About two-thirds of the way through that fine 1992 film A League of Their Own, star catcher Dottie Hinson has had enough of the grind and is ready to quit. “It just got too hard,” she tells Jimmy Dugan, a former major league home run leader now relegated to managing the Rockford Peaches in the All-American Girls Professional Baseball League. “It’s supposed to be hard,” Dugan spits back. “If it wasn’t hard, everyone would do it. The hard . . . is what makes it great.”
Some years ago, at a lunch honoring Midge Decter, who died this past May 9, I quoted the fictitious Jimmy Dugan while trying to capture something of the character of Marjorie Rosenthal Decter Podhoretz, “Midge” to her parents and all those privileged to be her friends. Doing the “hard,” with the courage born of conviction and the skill born of a broad and penetrating intelligence, is what made Midge Decter great—and unique. And while it’s a cliché to say it (especially about a gimlet-eyed editor who would skewer a cliché at forty paces), we won’t see her like again. The combination of circumstances and personality that made her a giant is not replicable. And that is not pleasant to contemplate, because America today badly needs the wisdom and example of a Midge Decter.
Writing of Midge in The New Criterion, Roger Kimball nicely captured her multifaceted personality and its impact on so many of us: “She was above all a sort of spiritual godmother, warm and encouraging to the young, unsparing to the pompous and wrongheaded, gifted with a laser-like ability to distinguish what was genuine and what was fraudulent.” And while Midge was a happy Jewish warrior for cultural sanity, sound politics, and a society that lived freedom in solidarity, she was also clear-eyed and unsentimental about the enduring effects in public life of what her Christian friends—and there were many of them—called “original sin.” I once complained to Midge about some political perfidy or other, some betrayal of principle or trust, and she replied, with a kind of grim smile, “Think low, George. You’ll rarely be disappointed.”
As a matter of prudential judgment, she was right: The human capacity to muck things up is virtually limitless. But while hard experience and the cardinal virtue of prudence might dictate “thinking low” and not expecting too much in the political arena, Midge also challenged us to aim high: to live and organize and argue for the good things, the permanent things, the noble things. Thinking low didn’t mean aiming low. And while Midge fought hard, she also fought clean, with a joie de combat and brio that kept those of us fortunate to be in her orbit energized.
Midge loved the United States of America and was deeply grateful for what the country had meant to her forebears, for tens of millions of other descendants of immigrants, and for women. When soft, psychologized fifties liberalism morphed into radical sixties self-indulgence and the detritus of all that began to show its toxic effects in American public life in the seventies, Midge was one of the first to insist that politics is always downstream of culture. And if you didn’t like the options politics was presenting, you’d better look to disturbances (and worse) in the culture to understand why things weren’t what they should be.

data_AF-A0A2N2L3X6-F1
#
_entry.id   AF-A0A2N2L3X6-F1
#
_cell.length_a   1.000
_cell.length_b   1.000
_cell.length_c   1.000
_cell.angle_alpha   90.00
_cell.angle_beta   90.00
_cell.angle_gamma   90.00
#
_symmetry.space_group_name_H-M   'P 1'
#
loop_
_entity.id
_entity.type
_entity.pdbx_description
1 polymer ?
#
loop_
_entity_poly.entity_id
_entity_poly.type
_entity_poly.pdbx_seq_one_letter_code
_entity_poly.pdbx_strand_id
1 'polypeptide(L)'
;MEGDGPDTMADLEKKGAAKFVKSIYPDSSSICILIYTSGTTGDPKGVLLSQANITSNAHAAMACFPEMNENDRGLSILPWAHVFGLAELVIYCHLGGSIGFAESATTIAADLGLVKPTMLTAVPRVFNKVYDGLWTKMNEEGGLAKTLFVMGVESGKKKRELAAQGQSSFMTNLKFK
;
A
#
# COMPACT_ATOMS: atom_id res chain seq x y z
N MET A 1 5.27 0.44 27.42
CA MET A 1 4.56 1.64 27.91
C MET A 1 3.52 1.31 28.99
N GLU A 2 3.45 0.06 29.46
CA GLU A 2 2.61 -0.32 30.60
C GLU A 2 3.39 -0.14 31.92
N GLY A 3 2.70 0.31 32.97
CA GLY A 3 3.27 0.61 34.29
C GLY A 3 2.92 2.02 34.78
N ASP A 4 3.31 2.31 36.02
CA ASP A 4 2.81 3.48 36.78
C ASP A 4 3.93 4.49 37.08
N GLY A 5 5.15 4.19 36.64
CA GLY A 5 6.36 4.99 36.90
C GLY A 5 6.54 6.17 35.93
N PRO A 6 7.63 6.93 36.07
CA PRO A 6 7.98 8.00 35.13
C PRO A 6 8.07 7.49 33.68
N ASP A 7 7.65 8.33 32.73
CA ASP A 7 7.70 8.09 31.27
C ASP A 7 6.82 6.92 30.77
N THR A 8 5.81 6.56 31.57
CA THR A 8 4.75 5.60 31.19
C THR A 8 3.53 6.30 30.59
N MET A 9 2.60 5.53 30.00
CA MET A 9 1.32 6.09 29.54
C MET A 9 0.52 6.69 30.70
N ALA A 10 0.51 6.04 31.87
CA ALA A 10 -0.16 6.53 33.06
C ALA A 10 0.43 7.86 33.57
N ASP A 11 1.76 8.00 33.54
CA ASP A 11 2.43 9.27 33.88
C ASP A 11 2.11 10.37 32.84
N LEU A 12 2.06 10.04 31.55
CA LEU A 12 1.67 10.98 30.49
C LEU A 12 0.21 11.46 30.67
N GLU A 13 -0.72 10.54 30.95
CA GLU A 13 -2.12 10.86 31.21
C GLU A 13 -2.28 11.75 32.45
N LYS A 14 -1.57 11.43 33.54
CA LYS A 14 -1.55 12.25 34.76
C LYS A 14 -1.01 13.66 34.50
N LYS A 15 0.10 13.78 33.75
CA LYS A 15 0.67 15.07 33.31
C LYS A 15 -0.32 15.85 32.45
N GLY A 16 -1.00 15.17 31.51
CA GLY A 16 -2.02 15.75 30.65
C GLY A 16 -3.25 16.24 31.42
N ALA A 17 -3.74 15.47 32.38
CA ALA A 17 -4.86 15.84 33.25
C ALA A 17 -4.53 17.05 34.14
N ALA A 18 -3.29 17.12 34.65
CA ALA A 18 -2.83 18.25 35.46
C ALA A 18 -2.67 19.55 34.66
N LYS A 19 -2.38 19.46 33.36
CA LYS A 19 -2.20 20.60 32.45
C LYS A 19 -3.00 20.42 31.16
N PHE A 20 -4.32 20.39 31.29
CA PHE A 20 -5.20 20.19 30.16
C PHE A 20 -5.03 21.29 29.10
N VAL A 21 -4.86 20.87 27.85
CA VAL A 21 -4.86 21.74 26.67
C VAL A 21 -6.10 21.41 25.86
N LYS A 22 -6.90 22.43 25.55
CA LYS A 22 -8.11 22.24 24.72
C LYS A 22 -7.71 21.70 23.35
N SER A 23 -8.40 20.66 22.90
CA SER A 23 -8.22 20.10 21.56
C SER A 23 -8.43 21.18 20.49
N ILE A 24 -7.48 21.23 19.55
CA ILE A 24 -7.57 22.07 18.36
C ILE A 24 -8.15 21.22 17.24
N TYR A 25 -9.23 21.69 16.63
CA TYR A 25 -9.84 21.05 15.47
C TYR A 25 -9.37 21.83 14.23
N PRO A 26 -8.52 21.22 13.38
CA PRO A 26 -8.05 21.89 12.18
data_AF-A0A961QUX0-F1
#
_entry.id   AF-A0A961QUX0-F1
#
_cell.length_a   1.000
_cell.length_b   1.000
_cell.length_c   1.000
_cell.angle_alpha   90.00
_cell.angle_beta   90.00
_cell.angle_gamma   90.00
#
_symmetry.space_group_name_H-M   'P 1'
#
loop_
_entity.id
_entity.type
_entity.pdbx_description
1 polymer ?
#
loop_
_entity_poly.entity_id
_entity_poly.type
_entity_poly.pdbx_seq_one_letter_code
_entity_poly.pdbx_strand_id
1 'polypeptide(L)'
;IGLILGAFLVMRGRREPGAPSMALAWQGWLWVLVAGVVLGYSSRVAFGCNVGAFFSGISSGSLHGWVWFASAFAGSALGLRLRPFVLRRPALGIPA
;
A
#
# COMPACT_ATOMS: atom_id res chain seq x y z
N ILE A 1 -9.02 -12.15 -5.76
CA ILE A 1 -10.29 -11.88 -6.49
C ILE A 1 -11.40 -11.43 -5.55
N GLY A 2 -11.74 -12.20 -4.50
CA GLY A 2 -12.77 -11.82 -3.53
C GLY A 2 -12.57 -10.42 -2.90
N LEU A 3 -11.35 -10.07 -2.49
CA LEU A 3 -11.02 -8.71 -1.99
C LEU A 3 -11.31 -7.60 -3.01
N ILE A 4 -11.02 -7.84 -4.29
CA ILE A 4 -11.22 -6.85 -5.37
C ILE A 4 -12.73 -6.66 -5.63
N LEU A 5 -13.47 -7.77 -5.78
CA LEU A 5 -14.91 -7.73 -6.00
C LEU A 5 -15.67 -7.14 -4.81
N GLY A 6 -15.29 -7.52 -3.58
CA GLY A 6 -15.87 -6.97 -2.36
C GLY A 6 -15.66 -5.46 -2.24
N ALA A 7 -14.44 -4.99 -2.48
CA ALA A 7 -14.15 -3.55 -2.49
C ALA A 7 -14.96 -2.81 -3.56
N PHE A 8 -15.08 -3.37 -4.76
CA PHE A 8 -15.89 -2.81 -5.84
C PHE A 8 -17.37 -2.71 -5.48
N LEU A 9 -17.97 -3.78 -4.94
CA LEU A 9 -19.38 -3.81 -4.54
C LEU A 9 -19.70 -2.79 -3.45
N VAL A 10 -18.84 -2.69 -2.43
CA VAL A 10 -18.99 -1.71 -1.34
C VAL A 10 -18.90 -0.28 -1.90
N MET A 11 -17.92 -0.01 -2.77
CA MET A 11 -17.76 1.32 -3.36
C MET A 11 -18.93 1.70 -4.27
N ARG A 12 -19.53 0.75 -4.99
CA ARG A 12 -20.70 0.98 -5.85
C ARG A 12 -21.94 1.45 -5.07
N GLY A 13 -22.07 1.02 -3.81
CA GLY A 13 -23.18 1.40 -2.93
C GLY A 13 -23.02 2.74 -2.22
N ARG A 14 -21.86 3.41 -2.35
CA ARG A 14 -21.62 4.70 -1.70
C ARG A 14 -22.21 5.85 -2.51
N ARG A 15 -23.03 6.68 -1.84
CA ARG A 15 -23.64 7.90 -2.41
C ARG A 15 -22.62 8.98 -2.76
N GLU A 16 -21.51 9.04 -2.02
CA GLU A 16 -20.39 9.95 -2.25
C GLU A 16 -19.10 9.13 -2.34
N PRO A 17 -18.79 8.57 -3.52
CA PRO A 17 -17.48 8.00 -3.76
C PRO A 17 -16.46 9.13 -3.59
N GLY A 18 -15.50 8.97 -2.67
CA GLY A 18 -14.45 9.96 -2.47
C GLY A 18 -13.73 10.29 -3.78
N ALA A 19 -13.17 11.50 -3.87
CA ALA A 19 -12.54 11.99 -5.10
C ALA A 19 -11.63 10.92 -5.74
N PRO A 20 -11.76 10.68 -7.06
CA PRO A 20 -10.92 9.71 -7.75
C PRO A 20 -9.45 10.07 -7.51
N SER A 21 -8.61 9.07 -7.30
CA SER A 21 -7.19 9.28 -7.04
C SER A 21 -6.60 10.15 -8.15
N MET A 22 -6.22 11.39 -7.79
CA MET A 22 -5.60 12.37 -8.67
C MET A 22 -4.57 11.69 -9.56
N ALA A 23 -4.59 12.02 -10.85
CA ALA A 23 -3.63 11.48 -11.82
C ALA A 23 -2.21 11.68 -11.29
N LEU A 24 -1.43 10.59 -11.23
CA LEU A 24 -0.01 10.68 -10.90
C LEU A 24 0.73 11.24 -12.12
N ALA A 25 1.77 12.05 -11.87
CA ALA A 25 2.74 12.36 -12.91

Midge was one of the intellectual progenitors of neoconservatism in American public life. That movement, always lacerated from the left, is now deprecated by MAGA types. And I expect Midge found it a sadness that ambition was warping the judgment of otherwise intelligent politicos who talk nonsense when kowtowing to the populist throng (Josh Hawley, J. D. Vance, and Ted Cruz come to mind). A good spanking from Midge Decter, who never, ever kowtowed, whether to woke cancel-culture barbarians or their right-wing mirror images, might have done some of today’s aspirants to conservative leadership some good.
Her work in directing the Committee for the Free World was vindicated by the Revolution of 1989 and the Soviet crack-up of 1991. But Midge also knew that history hadn’t ended and that new dragons would emerge, as indeed they have. She also knew that it was the height of irresponsibility, including moral irresponsibility, to imagine that those dragons could be safely ignored by American foreign policy.
A true daughter of Israel who loved her Christian friends and helped them make better Christian arguments in the public square, she now rests in the bosom of Abraham. As Elisha asked of Elijah, may we be blessed with a portion of her spirit.
George Weigel is Distinguished Senior Fellow of Washington, D.C.’s Ethics and Public Policy Center, where he holds the William E. Simon Chair in Catholic Studies.
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